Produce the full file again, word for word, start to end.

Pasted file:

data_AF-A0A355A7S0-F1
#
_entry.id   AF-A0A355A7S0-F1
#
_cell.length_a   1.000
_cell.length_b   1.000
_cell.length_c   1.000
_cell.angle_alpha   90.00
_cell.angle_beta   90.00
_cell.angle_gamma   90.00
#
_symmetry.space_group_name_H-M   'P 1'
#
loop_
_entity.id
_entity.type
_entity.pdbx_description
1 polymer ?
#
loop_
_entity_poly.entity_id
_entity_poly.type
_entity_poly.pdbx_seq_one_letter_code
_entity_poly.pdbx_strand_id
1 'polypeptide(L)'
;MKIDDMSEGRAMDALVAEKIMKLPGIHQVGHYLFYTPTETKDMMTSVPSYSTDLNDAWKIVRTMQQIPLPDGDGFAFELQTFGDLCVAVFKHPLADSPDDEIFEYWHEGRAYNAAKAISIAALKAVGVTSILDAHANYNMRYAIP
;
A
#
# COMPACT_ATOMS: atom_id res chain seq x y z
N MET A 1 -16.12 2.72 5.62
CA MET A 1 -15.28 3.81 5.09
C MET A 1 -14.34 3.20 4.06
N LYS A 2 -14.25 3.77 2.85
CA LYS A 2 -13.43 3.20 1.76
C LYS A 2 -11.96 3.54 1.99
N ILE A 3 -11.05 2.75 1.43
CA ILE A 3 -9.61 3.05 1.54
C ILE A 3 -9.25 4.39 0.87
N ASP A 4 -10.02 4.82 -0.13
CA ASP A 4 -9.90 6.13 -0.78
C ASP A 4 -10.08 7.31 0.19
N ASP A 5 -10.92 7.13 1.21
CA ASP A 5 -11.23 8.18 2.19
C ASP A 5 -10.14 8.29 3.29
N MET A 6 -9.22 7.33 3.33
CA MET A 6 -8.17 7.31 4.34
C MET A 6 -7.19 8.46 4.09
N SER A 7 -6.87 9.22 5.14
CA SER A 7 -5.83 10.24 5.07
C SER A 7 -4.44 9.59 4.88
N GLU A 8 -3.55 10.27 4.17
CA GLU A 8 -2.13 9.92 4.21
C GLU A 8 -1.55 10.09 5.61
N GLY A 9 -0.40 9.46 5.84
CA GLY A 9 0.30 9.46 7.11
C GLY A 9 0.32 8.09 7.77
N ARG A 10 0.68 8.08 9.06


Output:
data_AF-A0A355A7S0-F1
#
_entry.id   AF-A0A355A7S0-F1
#
_cell.length_a   1.000
_cell.length_b   1.000
_cell.length_c   1.000
_cell.angle_alpha   90.00
_cell.angle_beta   90.00
_cell.angle_gamma   90.00
#
_symmetry.space_group_name_H-M   'P 1'
#
loop_
_entity.id
_entity.type
_entity.pdbx_description
1 polymer ?
#
loop_
_entity_poly.entity_id
_entity_poly.type
_entity_poly.pdbx_seq_one_letter_code
_entity_poly.pdbx_strand_id
1 'polypeptide(L)'
;MKIDDMSEGRAMDALVAEKIMKLPGIHQVGHYLFYTPTETKDMMTSVPSYSTDLNDAWKIVRTMQQIPLPDGDGFAFELQTFGDLCVAVFKHPLADSPDDEIFEYWHEGRAYNAAKAISIAALKAVGVTSILDAHANYNMRYAIP
;
A
#
# COMPACT_ATOMS: atom_id res chain seq x y z
N MET A 1 -16.12 2.72 5.62
CA MET A 1 -15.28 3.81 5.09
C MET A 1 -14.34 3.20 4.06
N LYS A 2 -14.25 3.77 2.85
CA LYS A 2 -13.43 3.20 1.76
C LYS A 2 -11.96 3.54 1.99
N ILE A 3 -11.05 2.75 1.43
CA ILE A 3 -9.61 3.05 1.54
C ILE A 3 -9.25 4.39 0.87
N ASP A 4 -10.02 4.82 -0.13
CA ASP A 4 -9.90 6.13 -0.78
C ASP A 4 -10.08 7.31 0.19
N ASP A 5 -10.92 7.13 1.21
CA ASP A 5 -11.23 8.18 2.19
C ASP A 5 -10.14 8.29 3.29
N MET A 6 -9.22 7.33 3.33
CA MET A 6 -8.17 7.31 4.34
C MET A 6 -7.19 8.46 4.09
N SER A 7 -6.87 9.22 5.14
CA SER A 7 -5.83 10.24 5.07
C SER A 7 -4.44 9.59 4.88
N GLU A 8 -3.55 10.27 4.17
CA GLU A 8 -2.13 9.92 4.21
C GLU A 8 -1.55 10.09 5.61
N GLY A 9 -0.40 9.46 5.84
CA GLY A 9 0.30 9.46 7.11
C GLY A 9 0.32 8.09 7.77
N ARG A 10 0.68 8.08 9.06